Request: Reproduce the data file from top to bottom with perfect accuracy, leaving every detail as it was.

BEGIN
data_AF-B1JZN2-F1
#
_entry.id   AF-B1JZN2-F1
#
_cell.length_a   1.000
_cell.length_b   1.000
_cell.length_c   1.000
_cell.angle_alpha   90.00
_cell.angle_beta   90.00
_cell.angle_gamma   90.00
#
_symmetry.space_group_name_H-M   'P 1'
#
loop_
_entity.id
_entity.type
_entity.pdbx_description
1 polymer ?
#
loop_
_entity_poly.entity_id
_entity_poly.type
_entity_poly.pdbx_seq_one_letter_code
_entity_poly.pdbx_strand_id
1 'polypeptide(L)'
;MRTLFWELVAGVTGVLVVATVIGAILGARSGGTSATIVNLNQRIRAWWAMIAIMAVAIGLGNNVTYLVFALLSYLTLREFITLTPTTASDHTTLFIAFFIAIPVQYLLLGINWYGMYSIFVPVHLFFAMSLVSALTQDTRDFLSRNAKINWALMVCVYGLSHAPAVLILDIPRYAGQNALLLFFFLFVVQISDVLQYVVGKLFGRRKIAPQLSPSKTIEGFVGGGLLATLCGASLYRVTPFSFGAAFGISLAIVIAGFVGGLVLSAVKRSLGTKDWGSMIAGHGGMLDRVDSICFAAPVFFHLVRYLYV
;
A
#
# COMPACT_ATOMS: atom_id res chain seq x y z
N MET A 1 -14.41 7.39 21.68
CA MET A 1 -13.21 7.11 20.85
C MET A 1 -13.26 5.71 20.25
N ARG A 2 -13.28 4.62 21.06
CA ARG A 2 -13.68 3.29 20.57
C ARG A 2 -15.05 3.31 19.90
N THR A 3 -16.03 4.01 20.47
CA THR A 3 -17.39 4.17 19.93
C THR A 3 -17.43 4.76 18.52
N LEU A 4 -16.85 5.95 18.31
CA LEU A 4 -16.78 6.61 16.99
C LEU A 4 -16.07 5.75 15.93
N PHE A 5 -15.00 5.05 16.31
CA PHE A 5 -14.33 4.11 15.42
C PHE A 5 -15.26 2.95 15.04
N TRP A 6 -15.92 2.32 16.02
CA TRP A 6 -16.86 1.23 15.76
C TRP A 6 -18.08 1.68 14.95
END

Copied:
data_AF-B1JZN2-F1
#
_entry.id   AF-B1JZN2-F1
#
_cell.length_a   1.000
_cell.length_b   1.000
_cell.length_c   1.000
_cell.angle_alpha   90.00
_cell.angle_beta   90.00
_cell.angle_gamma   90.00
#
_symmetry.space_group_name_H-M   'P 1'
#
loop_
_entity.id
_entity.type
_entity.pdbx_description
1 polymer ?
#
loop_
_entity_poly.entity_id
_entity_poly.type
_entity_poly.pdbx_seq_one_letter_code
_entity_poly.pdbx_strand_id
1 'polypeptide(L)'
;MRTLFWELVAGVTGVLVVATVIGAILGARSGGTSATIVNLNQRIRAWWAMIAIMAVAIGLGNNVTYLVFALLSYLTLREFITLTPTTASDHTTLFIAFFIAIPVQYLLLGINWYGMYSIFVPVHLFFAMSLVSALTQDTRDFLSRNAKINWALMVCVYGLSHAPAVLILDIPRYAGQNALLLFFFLFVVQISDVLQYVVGKLFGRRKIAPQLSPSKTIEGFVGGGLLATLCGASLYRVTPFSFGAAFGISLAIVIAGFVGGLVLSAVKRSLGTKDWGSMIAGHGGMLDRVDSICFAAPVFFHLVRYLYV
;
A
#
# COMPACT_ATOMS: atom_id res chain seq x y z
N MET A 1 -14.41 7.39 21.68
CA MET A 1 -13.21 7.11 20.85
C MET A 1 -13.26 5.71 20.25
N ARG A 2 -13.28 4.62 21.06
CA ARG A 2 -13.68 3.29 20.57
C ARG A 2 -15.05 3.31 19.90
N THR A 3 -16.03 4.01 20.47
CA THR A 3 -17.39 4.17 19.93
C THR A 3 -17.43 4.76 18.52
N LEU A 4 -16.85 5.95 18.31
CA LEU A 4 -16.78 6.61 16.99
C LEU A 4 -16.07 5.75 15.93
N PHE A 5 -15.00 5.05 16.31
CA PHE A 5 -14.33 4.11 15.42
C PHE A 5 -15.26 2.95 15.04
N TRP A 6 -15.92 2.32 16.02
CA TRP A 6 -16.86 1.23 15.76
C TRP A 6 -18.08 1.68 14.95